Thursday, March 7, 2013

The Debate Over Divestment has been leading a nationwide movement among colleges and universities to divest from fossil fuel companies, a method of activism modeled after the successful 1980s divestment campaign against apartheid South Africa. The current movement, "going fossil free," has by any reasonable measure taken off, as chapters of have forced the divestment issue into the board rooms of university trustees across the country.

How have university boards responded? Many with predictable (and not necessarily unwise) hesitation. University endowments have an ethical integrity to them almost by definition—the world does a lot of terrible things with its money, but using capital to protect the future of educational institutions is not one of them. Naturally, the caretakers of such holdings get skittish when the idea of divesting the endowment arises. The broader point, though, is that what the university does with all that money matters, or at least it ought to. With that ethic in mind, some schools have already taken steps to divest. Others have resisted even having the conversation. For most, however, the reaction has been somewhere in between, usually the establishing of committees to explore the idea and feasibility of divestment.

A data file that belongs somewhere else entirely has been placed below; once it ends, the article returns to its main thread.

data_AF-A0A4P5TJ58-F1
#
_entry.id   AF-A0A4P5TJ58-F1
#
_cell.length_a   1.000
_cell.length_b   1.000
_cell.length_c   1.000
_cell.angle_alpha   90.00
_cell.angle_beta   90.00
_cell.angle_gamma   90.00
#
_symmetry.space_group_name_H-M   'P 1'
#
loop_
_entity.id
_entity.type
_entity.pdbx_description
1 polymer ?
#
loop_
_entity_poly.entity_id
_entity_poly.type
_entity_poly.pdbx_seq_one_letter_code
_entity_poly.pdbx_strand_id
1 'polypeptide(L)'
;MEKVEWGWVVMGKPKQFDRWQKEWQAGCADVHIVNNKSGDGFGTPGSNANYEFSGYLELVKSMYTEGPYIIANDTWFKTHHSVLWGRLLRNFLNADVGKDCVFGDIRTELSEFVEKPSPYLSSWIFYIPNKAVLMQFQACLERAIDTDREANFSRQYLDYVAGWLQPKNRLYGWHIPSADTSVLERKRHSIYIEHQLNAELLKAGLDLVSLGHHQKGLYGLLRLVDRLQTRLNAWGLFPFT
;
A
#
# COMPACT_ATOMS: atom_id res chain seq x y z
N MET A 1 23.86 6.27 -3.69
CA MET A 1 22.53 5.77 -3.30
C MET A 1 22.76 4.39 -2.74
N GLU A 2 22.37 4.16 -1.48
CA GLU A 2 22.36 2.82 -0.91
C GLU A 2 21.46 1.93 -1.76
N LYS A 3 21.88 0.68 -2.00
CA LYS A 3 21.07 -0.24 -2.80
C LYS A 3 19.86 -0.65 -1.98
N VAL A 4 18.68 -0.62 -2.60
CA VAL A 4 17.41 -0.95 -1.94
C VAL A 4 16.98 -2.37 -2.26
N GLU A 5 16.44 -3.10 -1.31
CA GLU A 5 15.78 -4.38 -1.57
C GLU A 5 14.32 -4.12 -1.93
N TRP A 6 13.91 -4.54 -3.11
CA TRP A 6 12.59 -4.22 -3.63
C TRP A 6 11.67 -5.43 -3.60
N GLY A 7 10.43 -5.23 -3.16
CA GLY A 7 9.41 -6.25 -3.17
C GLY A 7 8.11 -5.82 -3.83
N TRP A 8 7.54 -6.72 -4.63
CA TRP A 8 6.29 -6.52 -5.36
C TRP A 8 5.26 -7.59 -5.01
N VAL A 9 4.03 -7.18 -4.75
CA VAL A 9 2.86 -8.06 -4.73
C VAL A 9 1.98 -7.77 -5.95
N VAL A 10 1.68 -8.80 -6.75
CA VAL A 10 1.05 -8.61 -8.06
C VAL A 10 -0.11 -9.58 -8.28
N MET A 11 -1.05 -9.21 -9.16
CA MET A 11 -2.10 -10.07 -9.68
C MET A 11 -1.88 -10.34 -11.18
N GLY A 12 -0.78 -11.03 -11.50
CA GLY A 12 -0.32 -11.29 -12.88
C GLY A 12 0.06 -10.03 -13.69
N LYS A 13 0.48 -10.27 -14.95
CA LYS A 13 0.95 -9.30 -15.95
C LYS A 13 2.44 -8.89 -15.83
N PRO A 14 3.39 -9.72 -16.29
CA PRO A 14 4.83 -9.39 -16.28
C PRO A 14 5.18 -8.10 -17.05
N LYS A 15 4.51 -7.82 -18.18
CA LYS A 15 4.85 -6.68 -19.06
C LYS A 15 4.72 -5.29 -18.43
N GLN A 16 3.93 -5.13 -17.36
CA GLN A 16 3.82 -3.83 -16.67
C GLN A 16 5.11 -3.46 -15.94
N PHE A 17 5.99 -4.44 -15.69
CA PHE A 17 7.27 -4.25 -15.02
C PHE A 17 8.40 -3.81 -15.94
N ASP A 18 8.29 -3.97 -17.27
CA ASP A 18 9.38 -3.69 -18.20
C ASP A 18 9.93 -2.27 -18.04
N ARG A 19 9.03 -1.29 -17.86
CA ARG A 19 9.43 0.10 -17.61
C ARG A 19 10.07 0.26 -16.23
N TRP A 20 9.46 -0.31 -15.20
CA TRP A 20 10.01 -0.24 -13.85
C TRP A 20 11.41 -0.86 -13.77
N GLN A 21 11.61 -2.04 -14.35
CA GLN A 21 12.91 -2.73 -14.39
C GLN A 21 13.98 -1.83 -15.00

The school at which I teach has done just this, tasking a small group of trustees to examine divestment and solicit feedback from the school community. This group has presented the school with four open questions to guide their inquiry:
1. Does the country, sector or company engage in activities that are universally held to be gravely injurious to society?

2. Is there a clear and definable standard by which countries, sectors or companies are included or excluded from the divestment decision?

3. Is divestment the best way to effect change, and is it clearly superior to attempts to engage constructively as shareholders with the companies or governments in question?

4. What are the broader economic consequences of divesting from these entities? In particular, do these entities provide value to society as well as costs?
I tend to endorse questions that may appear relatively straightforward but lead to complex answers, and I think this set of questions does exactly that. As a point of departure, they seem useful. Still, I'm not convinced these questions will offer clarity at the point of decision. For that, I think it's worthwhile to explore an historical parallel to the contemporary divestment campaign, the movement to abolish slavery in the western world in the late 18th and 19th centuries.